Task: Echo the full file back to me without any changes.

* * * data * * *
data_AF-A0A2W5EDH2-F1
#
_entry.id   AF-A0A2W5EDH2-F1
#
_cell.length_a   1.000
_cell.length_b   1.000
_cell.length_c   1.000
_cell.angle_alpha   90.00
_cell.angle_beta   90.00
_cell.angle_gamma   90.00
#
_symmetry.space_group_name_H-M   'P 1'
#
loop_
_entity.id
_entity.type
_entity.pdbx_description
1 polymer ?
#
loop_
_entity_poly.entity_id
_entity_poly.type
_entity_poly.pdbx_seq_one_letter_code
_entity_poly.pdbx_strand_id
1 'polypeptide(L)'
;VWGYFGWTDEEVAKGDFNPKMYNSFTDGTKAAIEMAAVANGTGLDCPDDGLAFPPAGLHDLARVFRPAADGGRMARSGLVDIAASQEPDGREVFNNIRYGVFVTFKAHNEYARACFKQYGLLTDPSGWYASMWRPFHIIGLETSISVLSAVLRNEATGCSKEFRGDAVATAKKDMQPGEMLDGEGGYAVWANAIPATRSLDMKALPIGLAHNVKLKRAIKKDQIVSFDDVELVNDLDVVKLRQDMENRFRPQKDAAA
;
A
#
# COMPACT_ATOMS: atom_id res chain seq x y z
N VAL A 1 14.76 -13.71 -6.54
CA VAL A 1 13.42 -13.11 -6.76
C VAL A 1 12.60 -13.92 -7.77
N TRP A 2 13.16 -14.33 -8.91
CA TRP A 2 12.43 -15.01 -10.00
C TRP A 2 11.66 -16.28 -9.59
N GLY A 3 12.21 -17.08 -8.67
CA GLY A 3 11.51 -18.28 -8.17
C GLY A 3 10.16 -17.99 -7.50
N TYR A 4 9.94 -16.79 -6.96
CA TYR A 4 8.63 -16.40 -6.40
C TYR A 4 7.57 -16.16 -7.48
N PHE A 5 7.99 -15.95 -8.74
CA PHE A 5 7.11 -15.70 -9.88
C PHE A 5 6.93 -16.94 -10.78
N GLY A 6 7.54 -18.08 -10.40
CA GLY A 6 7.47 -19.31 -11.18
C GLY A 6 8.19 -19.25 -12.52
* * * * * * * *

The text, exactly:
data_AF-A0A2W5EDH2-F1
#
_entry.id   AF-A0A2W5EDH2-F1
#
_cell.length_a   1.000
_cell.length_b   1.000
_cell.length_c   1.000
_cell.angle_alpha   90.00
_cell.angle_beta   90.00
_cell.angle_gamma   90.00
#
_symmetry.space_group_name_H-M   'P 1'
#
loop_
_entity.id
_entity.type
_entity.pdbx_description
1 polymer ?
#
loop_
_entity_poly.entity_id
_entity_poly.type
_entity_poly.pdbx_seq_one_letter_code
_entity_poly.pdbx_strand_id
1 'polypeptide(L)'
;VWGYFGWTDEEVAKGDFNPKMYNSFTDGTKAAIEMAAVANGTGLDCPDDGLAFPPAGLHDLARVFRPAADGGRMARSGLVDIAASQEPDGREVFNNIRYGVFVTFKAHNEYARACFKQYGLLTDPSGWYASMWRPFHIIGLETSISVLSAVLRNEATGCSKEFRGDAVATAKKDMQPGEMLDGEGGYAVWANAIPATRSLDMKALPIGLAHNVKLKRAIKKDQIVSFDDVELVNDLDVVKLRQDMENRFRPQKDAAA
;
A
#
# COMPACT_ATOMS: atom_id res chain seq x y z
N VAL A 1 14.76 -13.71 -6.54
CA VAL A 1 13.42 -13.11 -6.76
C VAL A 1 12.60 -13.92 -7.77
N TRP A 2 13.16 -14.33 -8.91
CA TRP A 2 12.43 -15.01 -10.00
C TRP A 2 11.66 -16.28 -9.59
N GLY A 3 12.21 -17.08 -8.67
CA GLY A 3 11.51 -18.28 -8.17
C GLY A 3 10.16 -17.99 -7.50
N TYR A 4 9.94 -16.79 -6.96
CA TYR A 4 8.63 -16.40 -6.40
C TYR A 4 7.57 -16.16 -7.48
N PHE A 5 7.99 -15.95 -8.74
CA PHE A 5 7.11 -15.70 -9.88
C PHE A 5 6.93 -16.94 -10.78
N GLY A 6 7.54 -18.08 -10.40
CA GLY A 6 7.47 -19.31 -11.18
C GLY A 6 8.19 -19.25 -12.52